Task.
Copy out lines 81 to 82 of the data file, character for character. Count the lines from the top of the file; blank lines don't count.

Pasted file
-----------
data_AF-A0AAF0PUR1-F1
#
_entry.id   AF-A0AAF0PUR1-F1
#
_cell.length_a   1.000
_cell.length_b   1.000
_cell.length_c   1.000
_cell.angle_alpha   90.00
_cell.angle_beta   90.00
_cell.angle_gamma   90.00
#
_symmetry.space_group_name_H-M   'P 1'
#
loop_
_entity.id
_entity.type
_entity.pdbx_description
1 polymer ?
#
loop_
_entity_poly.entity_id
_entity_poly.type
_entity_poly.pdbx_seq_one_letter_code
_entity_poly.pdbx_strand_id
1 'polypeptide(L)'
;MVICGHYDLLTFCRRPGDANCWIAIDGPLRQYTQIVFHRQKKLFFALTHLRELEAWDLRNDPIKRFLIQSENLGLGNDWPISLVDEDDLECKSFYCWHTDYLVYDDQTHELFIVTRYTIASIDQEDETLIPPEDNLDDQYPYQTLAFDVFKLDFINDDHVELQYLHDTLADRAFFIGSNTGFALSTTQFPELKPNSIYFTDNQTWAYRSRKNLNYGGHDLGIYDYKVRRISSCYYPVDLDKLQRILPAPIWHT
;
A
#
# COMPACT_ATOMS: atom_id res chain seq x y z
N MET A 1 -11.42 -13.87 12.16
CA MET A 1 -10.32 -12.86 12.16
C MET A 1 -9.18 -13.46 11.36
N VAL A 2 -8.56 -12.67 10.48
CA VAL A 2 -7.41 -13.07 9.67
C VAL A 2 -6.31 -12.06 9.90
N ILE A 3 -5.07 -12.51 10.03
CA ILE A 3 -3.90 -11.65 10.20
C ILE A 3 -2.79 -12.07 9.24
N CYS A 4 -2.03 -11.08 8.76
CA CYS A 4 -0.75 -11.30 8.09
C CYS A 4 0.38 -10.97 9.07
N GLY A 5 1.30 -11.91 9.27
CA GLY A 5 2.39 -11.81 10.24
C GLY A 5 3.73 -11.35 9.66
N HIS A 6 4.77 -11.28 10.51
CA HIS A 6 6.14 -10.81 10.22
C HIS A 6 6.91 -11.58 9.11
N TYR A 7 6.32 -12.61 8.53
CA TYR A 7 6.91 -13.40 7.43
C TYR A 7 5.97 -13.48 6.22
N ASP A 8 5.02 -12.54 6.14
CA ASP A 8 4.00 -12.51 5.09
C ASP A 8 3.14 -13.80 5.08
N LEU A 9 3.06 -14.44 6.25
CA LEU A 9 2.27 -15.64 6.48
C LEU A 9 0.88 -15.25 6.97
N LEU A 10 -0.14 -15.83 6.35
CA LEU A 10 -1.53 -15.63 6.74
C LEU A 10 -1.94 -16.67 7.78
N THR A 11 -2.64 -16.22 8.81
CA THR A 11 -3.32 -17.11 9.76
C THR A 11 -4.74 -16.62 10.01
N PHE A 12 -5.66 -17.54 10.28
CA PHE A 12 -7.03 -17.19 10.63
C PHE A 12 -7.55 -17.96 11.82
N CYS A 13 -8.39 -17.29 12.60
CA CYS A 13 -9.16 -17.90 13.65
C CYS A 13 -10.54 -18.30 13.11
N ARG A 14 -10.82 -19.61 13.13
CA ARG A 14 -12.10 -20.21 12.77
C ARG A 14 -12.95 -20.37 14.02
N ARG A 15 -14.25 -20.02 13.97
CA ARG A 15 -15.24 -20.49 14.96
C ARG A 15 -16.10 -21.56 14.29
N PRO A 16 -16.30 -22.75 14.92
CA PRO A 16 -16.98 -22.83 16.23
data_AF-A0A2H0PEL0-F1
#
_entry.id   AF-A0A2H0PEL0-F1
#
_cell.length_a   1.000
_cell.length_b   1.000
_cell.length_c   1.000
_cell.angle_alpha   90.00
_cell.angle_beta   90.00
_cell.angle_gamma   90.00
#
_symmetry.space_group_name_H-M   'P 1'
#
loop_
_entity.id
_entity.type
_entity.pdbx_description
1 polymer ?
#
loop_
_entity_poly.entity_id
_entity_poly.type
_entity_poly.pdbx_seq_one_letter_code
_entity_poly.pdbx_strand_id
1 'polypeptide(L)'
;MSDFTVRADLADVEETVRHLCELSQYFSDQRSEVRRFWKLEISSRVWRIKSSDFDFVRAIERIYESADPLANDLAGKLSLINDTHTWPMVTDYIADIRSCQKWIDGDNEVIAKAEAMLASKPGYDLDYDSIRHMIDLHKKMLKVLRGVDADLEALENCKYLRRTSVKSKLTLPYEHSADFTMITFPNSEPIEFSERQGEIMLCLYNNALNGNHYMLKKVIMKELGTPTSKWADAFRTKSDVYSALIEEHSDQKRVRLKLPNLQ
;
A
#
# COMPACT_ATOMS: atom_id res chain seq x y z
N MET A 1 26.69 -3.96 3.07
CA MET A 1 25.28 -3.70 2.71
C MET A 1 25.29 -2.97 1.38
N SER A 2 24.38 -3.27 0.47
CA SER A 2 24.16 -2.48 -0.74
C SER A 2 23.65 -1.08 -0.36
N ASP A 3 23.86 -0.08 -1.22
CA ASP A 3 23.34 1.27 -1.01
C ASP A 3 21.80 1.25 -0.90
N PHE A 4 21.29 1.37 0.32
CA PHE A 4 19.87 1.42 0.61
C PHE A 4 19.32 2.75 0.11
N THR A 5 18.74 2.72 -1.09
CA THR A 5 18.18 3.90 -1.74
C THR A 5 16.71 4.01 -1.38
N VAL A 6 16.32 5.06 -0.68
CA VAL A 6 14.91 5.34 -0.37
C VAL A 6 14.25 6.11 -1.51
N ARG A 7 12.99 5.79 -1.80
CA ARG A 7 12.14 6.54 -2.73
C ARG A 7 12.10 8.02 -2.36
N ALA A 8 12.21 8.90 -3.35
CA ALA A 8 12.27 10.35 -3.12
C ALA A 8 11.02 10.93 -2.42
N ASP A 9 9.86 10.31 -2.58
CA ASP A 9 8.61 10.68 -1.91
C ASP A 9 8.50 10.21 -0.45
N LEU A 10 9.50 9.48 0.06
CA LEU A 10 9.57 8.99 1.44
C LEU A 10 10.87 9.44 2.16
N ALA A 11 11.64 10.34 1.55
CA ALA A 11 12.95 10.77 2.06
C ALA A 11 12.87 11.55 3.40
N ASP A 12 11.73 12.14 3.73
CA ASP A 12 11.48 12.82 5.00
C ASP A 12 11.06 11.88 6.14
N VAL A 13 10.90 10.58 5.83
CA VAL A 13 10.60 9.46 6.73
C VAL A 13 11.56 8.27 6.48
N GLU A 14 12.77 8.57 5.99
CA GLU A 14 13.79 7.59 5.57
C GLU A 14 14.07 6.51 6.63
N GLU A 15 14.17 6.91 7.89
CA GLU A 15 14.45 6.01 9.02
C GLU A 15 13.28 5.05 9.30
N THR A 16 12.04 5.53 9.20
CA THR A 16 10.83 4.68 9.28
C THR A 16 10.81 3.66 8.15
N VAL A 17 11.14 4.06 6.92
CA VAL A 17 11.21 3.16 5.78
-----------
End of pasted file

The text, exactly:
#
_cell.length_a   1.000